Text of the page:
All the shabby tofu pudding shops are gone, but say hello to chain stores like Starbucks and Subway. Big franchises now dominate the market, even though Ngong Ping is supposed to promote "Chinese culture".
Despite the village being overly commercialised due to having too many souvenir shops, I still give it credit for being tourist-friendly. It is true that people from different places may not be used to Chinese dishes so Ngong Ping can now offer them "universal" foods.
Though I was not completely satisfied with the place, there are a number of relatively new, family-friendly attractions - for example, Stage 360 and Motion 360 - that deserve praise.
Stage 360 was an action-packed performance with lots of audience interaction. I was pretty impressed with the show, as it indulged my love of local action movies. Explaining the secrets of movie magic, Stage 360 throws in comedy, special effects and Chinese culture, making it an unforgettable experience.
The Motion 360 was amazing as well. I couldn't help but share the laughs and fears of Xiaoding and Taotao, two audacious ants that embark on an adventure to a dangerous part of the forest. It was a wonderful experience and I would recommend it to everyone.
Motion 360 is a 5D programme offering "vision, hearing, smell, touch and all-round dynamic sensation". Your chair moves, and the room releases scents and blasts of air. It features two shows: Little Ants Adventure, where you experience the world through the eyes of ants Xiaoding and Taotao as they overcome many challenges on Lantau Island; and Discover Lantau, which allows you to see Lantau from different angles - even from underwater, where you can see Chinese white dolphins.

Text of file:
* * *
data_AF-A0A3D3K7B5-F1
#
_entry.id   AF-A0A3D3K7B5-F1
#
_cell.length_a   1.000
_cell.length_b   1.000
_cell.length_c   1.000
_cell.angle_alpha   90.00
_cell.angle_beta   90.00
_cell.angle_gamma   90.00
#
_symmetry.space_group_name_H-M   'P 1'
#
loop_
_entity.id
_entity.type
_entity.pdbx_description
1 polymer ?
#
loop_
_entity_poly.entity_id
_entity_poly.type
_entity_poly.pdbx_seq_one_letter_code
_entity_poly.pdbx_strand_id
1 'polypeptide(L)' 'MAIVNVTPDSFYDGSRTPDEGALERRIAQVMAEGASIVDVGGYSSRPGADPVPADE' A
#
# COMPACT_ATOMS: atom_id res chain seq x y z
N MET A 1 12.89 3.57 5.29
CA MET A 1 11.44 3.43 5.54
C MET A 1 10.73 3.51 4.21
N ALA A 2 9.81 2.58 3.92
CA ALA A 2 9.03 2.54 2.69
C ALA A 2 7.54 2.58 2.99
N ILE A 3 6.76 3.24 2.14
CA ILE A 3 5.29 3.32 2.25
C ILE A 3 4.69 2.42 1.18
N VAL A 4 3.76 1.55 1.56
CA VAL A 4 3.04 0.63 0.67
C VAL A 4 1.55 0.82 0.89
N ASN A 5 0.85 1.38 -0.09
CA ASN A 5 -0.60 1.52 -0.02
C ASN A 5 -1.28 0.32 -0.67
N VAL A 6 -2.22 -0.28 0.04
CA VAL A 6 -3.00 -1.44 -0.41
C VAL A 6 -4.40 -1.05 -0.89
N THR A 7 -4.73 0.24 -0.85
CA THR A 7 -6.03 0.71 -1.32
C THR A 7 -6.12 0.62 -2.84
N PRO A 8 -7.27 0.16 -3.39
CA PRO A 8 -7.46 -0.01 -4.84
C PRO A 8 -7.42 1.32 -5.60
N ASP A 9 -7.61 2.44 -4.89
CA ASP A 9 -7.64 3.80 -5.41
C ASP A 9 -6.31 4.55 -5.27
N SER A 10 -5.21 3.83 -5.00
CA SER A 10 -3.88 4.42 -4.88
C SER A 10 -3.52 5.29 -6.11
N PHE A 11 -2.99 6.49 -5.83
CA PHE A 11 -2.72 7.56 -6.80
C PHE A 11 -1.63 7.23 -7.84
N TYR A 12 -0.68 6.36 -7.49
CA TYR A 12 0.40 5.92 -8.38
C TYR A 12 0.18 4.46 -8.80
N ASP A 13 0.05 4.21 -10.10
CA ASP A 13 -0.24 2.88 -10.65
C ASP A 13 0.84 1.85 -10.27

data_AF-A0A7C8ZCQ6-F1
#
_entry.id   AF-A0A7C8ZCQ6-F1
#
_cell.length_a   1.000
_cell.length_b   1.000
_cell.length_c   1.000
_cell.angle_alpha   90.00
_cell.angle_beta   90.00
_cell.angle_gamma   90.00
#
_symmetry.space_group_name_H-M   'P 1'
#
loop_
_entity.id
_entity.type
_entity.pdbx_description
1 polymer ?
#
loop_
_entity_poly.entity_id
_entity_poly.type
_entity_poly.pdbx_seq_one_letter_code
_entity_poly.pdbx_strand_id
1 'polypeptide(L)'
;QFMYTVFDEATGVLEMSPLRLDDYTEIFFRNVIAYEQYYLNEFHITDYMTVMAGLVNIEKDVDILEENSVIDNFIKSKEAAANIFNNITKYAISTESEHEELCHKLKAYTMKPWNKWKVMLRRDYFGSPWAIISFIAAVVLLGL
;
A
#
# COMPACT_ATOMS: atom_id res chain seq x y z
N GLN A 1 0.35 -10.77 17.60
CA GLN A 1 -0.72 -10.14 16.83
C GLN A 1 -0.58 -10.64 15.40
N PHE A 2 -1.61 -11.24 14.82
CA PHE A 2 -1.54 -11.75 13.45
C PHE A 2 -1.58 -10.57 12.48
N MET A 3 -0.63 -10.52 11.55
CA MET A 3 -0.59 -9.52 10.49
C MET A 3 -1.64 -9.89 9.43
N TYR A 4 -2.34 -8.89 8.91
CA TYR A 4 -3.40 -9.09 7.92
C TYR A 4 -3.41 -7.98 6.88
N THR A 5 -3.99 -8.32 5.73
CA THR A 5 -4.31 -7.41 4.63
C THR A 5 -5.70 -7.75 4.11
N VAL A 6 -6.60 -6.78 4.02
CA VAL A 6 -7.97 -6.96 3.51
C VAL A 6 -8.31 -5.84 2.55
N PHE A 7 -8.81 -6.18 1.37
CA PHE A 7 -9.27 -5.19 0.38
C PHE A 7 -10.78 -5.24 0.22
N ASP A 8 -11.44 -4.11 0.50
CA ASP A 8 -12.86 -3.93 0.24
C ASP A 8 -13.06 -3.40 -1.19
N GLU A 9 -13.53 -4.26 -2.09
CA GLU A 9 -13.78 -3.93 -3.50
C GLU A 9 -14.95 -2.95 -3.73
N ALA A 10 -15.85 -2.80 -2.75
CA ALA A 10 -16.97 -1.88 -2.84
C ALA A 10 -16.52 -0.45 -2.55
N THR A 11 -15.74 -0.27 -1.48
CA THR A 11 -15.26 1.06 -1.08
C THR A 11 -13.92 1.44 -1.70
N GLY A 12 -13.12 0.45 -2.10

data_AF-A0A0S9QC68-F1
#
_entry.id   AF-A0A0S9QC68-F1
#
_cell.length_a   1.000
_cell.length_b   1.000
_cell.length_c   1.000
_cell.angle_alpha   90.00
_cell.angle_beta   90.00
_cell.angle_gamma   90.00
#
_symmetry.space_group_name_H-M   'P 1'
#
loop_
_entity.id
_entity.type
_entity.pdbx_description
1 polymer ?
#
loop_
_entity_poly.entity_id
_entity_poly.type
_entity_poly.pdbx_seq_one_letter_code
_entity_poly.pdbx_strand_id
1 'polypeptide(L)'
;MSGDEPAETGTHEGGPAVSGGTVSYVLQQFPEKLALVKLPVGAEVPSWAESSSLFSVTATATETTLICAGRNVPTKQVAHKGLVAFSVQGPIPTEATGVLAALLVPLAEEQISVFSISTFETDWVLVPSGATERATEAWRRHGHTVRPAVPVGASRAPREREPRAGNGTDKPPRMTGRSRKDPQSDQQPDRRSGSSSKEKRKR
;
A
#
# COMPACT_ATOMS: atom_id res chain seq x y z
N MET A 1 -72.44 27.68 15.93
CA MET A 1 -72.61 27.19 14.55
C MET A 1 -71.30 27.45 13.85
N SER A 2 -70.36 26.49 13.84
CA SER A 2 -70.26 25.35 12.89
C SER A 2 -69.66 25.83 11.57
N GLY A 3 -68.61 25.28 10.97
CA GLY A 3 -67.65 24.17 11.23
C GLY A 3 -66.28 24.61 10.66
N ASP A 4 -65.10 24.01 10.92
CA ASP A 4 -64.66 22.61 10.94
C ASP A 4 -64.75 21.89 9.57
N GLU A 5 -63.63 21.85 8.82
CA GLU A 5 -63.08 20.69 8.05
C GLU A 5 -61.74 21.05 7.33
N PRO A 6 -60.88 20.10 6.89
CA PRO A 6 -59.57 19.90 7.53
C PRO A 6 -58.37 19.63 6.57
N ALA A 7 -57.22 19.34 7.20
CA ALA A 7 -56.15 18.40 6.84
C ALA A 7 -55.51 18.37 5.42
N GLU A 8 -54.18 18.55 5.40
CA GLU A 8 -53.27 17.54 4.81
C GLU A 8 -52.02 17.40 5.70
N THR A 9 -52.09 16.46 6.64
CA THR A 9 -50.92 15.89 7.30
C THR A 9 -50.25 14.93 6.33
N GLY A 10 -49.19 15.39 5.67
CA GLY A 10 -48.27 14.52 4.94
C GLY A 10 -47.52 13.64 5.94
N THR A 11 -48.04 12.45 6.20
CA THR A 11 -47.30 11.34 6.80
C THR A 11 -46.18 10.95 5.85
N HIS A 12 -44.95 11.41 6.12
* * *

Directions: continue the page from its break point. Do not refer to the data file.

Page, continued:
We watched the ants movie, which was shot from a "bug's eye-view", so nature-lovers of all ages could experience the daily challenges and adventures the insects face.
The 3D effects were great, and there were many surprises, such as the splashing of water as you plunge into a pool; a mist coming out of a toad that gives off a bad smell; the sudden release of leg-ticklers that move like a centipede; and above all the synchronisation between the big screen and the mobile, roller coaster-like seats. All these drew oohs and aahs from the audience.
Over at Stage 360, kung fu masters performed a live "battle" showcasing the history of Hong Kong's action cinema. The show highlighted how legends like Bruce Lee and Yip Man revived martial arts in Hong Kong, and around the world.
They explained how kung fu is presented on the big screen by demonstrating the concept of "wire fu", where the actors wear wires that allow them to seemingly defy gravity and fly over skyscrapers.
Indeed, the wire work is far more technical than it seems. The stuntmen's smooth and elegant movements require great control and strength. This is a good wake-up call for movie-goers: behind the glamorous visual and sound effects, the cast and crew strive for perfection to entertain you.